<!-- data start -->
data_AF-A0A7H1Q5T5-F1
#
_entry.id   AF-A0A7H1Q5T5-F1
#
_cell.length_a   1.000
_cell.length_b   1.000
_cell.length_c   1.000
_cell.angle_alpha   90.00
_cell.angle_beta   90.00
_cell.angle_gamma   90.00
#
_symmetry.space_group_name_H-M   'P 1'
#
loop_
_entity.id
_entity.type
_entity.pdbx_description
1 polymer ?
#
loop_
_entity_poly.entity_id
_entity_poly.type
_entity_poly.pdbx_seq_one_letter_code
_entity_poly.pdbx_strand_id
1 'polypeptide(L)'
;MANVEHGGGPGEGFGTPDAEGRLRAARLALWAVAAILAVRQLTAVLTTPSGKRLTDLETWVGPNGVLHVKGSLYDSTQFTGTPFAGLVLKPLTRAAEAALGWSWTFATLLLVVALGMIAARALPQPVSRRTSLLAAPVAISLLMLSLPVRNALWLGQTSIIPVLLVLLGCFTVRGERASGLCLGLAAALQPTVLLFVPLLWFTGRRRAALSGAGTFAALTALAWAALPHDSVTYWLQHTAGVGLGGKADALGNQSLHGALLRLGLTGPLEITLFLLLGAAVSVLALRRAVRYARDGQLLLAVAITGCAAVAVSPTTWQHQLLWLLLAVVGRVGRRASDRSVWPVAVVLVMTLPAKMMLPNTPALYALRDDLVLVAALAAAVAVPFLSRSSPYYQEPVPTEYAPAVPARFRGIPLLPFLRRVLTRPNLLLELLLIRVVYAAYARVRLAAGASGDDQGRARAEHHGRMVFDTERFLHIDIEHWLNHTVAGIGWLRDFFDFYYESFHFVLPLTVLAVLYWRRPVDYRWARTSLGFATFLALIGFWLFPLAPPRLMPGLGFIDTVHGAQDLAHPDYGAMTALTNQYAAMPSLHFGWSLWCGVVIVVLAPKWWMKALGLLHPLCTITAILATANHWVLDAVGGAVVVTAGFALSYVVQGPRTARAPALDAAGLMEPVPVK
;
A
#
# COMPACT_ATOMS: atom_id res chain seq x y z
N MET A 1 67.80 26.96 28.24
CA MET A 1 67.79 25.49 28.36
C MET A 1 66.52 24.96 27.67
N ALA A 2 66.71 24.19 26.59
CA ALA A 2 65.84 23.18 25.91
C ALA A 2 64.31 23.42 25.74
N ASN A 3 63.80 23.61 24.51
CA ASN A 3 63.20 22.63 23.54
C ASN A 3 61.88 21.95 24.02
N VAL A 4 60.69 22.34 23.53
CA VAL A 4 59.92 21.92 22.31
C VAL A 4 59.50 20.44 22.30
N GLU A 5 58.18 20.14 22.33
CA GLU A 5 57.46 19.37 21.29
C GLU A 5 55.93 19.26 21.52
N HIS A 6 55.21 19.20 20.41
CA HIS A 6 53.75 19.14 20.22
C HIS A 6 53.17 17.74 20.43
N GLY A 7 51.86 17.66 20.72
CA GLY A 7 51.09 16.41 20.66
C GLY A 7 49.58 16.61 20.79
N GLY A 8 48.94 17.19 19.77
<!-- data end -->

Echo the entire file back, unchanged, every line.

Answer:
data_AF-A0A7H1Q5T5-F1
#
_entry.id   AF-A0A7H1Q5T5-F1
#
_cell.length_a   1.000
_cell.length_b   1.000
_cell.length_c   1.000
_cell.angle_alpha   90.00
_cell.angle_beta   90.00
_cell.angle_gamma   90.00
#
_symmetry.space_group_name_H-M   'P 1'
#
loop_
_entity.id
_entity.type
_entity.pdbx_description
1 polymer ?
#
loop_
_entity_poly.entity_id
_entity_poly.type
_entity_poly.pdbx_seq_one_letter_code
_entity_poly.pdbx_strand_id
1 'polypeptide(L)'
;MANVEHGGGPGEGFGTPDAEGRLRAARLALWAVAAILAVRQLTAVLTTPSGKRLTDLETWVGPNGVLHVKGSLYDSTQFTGTPFAGLVLKPLTRAAEAALGWSWTFATLLLVVALGMIAARALPQPVSRRTSLLAAPVAISLLMLSLPVRNALWLGQTSIIPVLLVLLGCFTVRGERASGLCLGLAAALQPTVLLFVPLLWFTGRRRAALSGAGTFAALTALAWAALPHDSVTYWLQHTAGVGLGGKADALGNQSLHGALLRLGLTGPLEITLFLLLGAAVSVLALRRAVRYARDGQLLLAVAITGCAAVAVSPTTWQHQLLWLLLAVVGRVGRRASDRSVWPVAVVLVMTLPAKMMLPNTPALYALRDDLVLVAALAAAVAVPFLSRSSPYYQEPVPTEYAPAVPARFRGIPLLPFLRRVLTRPNLLLELLLIRVVYAAYARVRLAAGASGDDQGRARAEHHGRMVFDTERFLHIDIEHWLNHTVAGIGWLRDFFDFYYESFHFVLPLTVLAVLYWRRPVDYRWARTSLGFATFLALIGFWLFPLAPPRLMPGLGFIDTVHGAQDLAHPDYGAMTALTNQYAAMPSLHFGWSLWCGVVIVVLAPKWWMKALGLLHPLCTITAILATANHWVLDAVGGAVVVTAGFALSYVVQGPRTARAPALDAAGLMEPVPVK
;
A
#
# COMPACT_ATOMS: atom_id res chain seq x y z
N MET A 1 67.80 26.96 28.24
CA MET A 1 67.79 25.49 28.36
C MET A 1 66.52 24.96 27.67
N ALA A 2 66.71 24.19 26.59
CA ALA A 2 65.84 23.18 25.91
C ALA A 2 64.31 23.42 25.74
N ASN A 3 63.80 23.61 24.51
CA ASN A 3 63.20 22.63 23.54
C ASN A 3 61.88 21.95 24.02
N VAL A 4 60.69 22.34 23.53
CA VAL A 4 59.92 21.92 22.31
C VAL A 4 59.50 20.44 22.30
N GLU A 5 58.18 20.14 22.33
CA GLU A 5 57.46 19.37 21.29
C GLU A 5 55.93 19.26 21.52
N HIS A 6 55.21 19.20 20.41
CA HIS A 6 53.75 19.14 20.22
C HIS A 6 53.17 17.74 20.43
N GLY A 7 51.86 17.66 20.72
CA GLY A 7 51.09 16.41 20.66
C GLY A 7 49.58 16.61 20.79
N GLY A 8 48.94 17.19 19.77